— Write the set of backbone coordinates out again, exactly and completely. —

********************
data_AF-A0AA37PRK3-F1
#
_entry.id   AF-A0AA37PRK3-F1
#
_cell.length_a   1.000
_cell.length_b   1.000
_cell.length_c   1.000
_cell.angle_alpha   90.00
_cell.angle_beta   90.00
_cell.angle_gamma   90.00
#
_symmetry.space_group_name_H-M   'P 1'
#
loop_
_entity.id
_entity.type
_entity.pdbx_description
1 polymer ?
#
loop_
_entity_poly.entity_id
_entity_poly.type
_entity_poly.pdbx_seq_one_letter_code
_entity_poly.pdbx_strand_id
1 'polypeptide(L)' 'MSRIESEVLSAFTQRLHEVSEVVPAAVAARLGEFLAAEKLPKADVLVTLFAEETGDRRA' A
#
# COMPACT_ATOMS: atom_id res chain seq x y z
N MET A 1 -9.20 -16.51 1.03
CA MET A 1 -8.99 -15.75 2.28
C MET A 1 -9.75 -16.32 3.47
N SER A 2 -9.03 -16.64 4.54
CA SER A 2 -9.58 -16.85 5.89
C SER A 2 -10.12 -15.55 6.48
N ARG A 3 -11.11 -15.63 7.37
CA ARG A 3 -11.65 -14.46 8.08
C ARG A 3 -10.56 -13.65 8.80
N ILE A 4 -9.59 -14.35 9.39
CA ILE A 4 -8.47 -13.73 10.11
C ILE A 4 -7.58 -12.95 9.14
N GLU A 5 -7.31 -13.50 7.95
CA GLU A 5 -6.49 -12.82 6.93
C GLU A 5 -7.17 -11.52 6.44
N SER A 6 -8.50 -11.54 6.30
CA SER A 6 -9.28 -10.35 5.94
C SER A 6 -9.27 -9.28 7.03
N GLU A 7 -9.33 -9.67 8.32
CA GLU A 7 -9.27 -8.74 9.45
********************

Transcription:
data_AF-A0AA37PRK3-F1
#
_entry.id   AF-A0AA37PRK3-F1
#
_cell.length_a   1.000
_cell.length_b   1.000
_cell.length_c   1.000
_cell.angle_alpha   90.00
_cell.angle_beta   90.00
_cell.angle_gamma   90.00
#
_symmetry.space_group_name_H-M   'P 1'
#
loop_
_entity.id
_entity.type
_entity.pdbx_description
1 polymer ?
#
loop_
_entity_poly.entity_id
_entity_poly.type
_entity_poly.pdbx_seq_one_letter_code
_entity_poly.pdbx_strand_id
1 'polypeptide(L)' 'MSRIESEVLSAFTQRLHEVSEVVPAAVAARLGEFLAAEKLPKADVLVTLFAEETGDRRA' A
#
# COMPACT_ATOMS: atom_id res chain seq x y z
N MET A 1 -9.20 -16.51 1.03
CA MET A 1 -8.99 -15.75 2.28
C MET A 1 -9.75 -16.32 3.47
N SER A 2 -9.03 -16.64 4.54
CA SER A 2 -9.58 -16.85 5.89
C SER A 2 -10.12 -15.55 6.48
N ARG A 3 -11.11 -15.63 7.37
CA ARG A 3 -11.65 -14.46 8.08
C ARG A 3 -10.56 -13.65 8.80
N ILE A 4 -9.59 -14.35 9.39
CA ILE A 4 -8.47 -13.73 10.11
C ILE A 4 -7.58 -12.95 9.14
N GLU A 5 -7.31 -13.50 7.95
CA GLU A 5 -6.49 -12.82 6.93
C GLU A 5 -7.17 -11.52 6.44
N SER A 6 -8.50 -11.54 6.30
CA SER A 6 -9.28 -10.35 5.94
C SER A 6 -9.27 -9.28 7.03
N GLU A 7 -9.33 -9.67 8.32
CA GLU A 7 -9.27 -8.74 9.45